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I have this extension method, but I don't know whether there is already a built in operator for it or if there is a name for it:

public static class IntegerExtensions
{
    public static int DivideWholeAndPartial(this int total, int divisor)
    {
        return (total / divisor) +
               ((total % divisor) == 0 ? 0 : 1);
    }
}

Essentially if the total divides equally, then that is returned. If there are any remainders it is rounded up - i.e. include partials as a whole. Kind of like a "How many One litre bottles are needed to hold 3.5 litres of water" problem.

Am I missing any built in C# methods? Is there a name for this?

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marked as duplicate by Eric Lippert, dasblinkenlight, Schleis, Marco A., Albireo Mar 7 at 17:25

This question has been asked before and already has an answer. If those answers do not fully address your question, please ask a new question.

3  
Is total and divisor both guaranteed to be positive? –  Lasse V. Karlsen Mar 7 at 15:25
    
Hmmm, good point....now where did I put my uint... –  OffHeGoes Mar 7 at 15:36
    
@EricLippert Technically, that would be not half, but whole seven eights of cases (mixed signs cover three quarters, plus the overflow breaks half of the "both positives" quarter). Yet the simplicity of the darn little trick trumps its (in)correctness time and time again. I guess negative 3.5 liters of water are too hard to obtain, and 2147483647 liters is too much for most applications to consider :-) –  dasblinkenlight Mar 7 at 16:27
1  
@EricLippert But no-one expressed the problem in terms of bottles of water :) –  OffHeGoes Mar 7 at 16:32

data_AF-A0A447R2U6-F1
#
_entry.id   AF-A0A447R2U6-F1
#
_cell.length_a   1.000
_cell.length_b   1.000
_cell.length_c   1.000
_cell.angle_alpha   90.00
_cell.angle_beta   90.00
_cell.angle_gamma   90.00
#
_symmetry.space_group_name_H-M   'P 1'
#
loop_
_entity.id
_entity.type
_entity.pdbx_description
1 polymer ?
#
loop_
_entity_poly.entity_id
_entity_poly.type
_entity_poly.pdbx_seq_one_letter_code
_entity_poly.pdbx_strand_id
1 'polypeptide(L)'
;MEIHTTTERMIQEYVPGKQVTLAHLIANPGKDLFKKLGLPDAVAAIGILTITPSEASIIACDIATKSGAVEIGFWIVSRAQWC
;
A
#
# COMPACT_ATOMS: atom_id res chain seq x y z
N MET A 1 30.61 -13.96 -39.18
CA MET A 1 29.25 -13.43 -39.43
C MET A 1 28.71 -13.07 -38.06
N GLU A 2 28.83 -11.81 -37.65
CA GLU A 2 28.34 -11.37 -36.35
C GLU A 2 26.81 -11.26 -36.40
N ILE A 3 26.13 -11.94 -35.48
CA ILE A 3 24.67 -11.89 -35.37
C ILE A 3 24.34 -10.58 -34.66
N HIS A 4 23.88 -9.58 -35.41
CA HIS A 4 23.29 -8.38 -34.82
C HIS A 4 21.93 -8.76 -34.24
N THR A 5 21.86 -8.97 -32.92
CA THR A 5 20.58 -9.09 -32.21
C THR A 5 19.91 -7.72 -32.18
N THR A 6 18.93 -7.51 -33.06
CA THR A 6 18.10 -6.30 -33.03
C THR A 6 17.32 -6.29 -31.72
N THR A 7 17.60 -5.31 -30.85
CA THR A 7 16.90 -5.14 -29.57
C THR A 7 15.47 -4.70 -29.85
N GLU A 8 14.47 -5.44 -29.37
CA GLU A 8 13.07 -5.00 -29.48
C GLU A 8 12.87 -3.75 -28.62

The answer of Ian Nelson in the linked duplicate may be further simplified as return 1+(total-1) / divisor;. –  LutzL Mar 8 at 21:40

3 Answers 3

I think Ceiling does what you want:

return (int)Math.Ceiling((double)total / (double)divisor);

.. but I think you'll have to keep your extension method, as there isn't a built-in method that does this.

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I think Ceiling is probably the term I should have thought of, but I suppose I was thinking about pure Integer division! –  OffHeGoes Mar 7 at 15:33
public static class IntegerExtensions
{
    public static int DivideWholeAndPartial(this int total, int divisor)
    {
        return (int)Math.Ceiling((double)total / (double)divisor);
    }
}
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I don't think there's an "atomic" operation (I may be misusing that word) for both the division and the rounding. However, the rounding part of it would be a Ceiling function. System.Math.Ceiling would be the normal way to do that in C#:

return (int)Math.Ceiling((double)total / (double)divisor);
share|improve this answer
    
I think Ceiling is probably the term I should have thought of, but I suppose I was thinking about pure Integer division! –  OffHeGoes Mar 7 at 15:39

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